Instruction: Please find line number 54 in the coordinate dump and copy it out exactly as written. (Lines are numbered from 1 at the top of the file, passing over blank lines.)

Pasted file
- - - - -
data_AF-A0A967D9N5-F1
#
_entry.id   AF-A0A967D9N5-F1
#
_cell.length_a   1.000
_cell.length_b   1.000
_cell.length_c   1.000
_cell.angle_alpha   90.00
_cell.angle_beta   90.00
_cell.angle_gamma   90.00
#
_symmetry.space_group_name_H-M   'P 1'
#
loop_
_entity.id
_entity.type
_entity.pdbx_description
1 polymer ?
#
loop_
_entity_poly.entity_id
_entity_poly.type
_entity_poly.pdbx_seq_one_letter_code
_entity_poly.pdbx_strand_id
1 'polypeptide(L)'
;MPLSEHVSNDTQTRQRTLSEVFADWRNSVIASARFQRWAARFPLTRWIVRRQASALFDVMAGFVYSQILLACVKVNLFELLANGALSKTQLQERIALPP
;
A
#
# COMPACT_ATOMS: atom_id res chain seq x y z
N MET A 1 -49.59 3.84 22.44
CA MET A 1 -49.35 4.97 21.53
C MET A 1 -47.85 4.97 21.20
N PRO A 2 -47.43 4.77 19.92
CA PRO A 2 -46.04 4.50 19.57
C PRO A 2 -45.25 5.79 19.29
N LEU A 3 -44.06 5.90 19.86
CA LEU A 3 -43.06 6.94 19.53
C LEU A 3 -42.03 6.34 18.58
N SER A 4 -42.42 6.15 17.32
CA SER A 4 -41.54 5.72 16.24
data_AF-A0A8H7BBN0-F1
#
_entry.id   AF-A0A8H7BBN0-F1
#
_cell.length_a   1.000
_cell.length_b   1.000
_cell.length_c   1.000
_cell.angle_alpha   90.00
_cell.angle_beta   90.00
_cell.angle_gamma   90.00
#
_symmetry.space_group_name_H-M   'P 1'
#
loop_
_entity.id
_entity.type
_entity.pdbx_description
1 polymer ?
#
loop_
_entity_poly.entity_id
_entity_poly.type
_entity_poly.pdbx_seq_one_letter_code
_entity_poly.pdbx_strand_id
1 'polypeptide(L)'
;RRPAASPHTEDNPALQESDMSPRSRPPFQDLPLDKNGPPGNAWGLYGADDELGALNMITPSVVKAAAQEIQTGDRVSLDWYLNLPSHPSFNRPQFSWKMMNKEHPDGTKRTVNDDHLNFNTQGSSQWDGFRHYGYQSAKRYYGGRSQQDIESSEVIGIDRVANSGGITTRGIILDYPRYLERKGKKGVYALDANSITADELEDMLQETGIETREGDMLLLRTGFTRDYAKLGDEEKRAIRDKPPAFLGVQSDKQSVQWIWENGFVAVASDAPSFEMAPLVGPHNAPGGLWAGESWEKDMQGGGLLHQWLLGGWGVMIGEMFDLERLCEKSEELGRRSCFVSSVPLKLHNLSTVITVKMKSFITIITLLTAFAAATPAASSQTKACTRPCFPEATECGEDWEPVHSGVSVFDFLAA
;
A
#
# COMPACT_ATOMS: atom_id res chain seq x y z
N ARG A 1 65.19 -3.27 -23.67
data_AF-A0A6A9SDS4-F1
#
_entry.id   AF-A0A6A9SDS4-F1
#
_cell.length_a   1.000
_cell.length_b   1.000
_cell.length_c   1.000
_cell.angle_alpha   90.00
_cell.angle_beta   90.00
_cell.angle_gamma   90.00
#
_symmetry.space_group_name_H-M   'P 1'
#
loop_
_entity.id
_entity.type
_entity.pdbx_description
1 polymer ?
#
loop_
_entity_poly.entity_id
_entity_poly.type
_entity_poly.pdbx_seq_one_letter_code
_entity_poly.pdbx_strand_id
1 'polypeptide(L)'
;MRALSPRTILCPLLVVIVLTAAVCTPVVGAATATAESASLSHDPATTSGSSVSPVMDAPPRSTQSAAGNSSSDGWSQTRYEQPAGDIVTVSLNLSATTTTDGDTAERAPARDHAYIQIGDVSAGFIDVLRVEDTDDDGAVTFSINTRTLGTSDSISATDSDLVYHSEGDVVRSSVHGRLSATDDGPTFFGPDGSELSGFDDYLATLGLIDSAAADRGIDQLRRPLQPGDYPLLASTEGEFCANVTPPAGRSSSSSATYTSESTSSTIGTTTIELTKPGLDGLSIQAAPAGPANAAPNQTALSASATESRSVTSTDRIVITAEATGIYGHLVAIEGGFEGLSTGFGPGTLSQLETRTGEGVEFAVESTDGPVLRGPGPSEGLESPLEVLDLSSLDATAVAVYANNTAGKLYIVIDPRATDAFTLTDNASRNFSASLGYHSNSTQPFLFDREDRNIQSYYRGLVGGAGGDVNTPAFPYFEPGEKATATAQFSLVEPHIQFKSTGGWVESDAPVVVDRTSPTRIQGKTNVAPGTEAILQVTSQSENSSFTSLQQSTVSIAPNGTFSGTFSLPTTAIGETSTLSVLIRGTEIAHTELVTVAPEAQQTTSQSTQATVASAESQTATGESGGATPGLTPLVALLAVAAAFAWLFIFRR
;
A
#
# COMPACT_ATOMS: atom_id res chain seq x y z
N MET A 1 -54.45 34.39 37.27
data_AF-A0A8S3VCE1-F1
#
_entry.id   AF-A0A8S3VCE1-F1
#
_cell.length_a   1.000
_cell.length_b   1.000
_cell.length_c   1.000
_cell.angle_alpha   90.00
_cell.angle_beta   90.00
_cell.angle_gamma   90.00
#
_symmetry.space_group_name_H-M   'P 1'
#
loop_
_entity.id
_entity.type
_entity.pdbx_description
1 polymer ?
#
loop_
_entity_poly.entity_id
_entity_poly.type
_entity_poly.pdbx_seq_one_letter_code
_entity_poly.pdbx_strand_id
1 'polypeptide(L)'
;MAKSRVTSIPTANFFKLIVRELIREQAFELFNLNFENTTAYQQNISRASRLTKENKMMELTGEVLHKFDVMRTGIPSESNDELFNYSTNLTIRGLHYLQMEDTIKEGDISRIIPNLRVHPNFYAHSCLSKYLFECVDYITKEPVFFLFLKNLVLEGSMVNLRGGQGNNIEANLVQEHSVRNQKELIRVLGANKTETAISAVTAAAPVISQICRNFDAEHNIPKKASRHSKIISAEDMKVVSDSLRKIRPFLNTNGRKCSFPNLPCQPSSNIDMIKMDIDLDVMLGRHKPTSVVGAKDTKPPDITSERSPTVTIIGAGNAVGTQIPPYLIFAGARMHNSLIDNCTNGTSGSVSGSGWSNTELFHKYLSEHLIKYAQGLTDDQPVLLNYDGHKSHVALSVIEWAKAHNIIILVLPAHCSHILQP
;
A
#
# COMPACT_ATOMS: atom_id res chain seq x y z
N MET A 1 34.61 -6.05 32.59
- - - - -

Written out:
#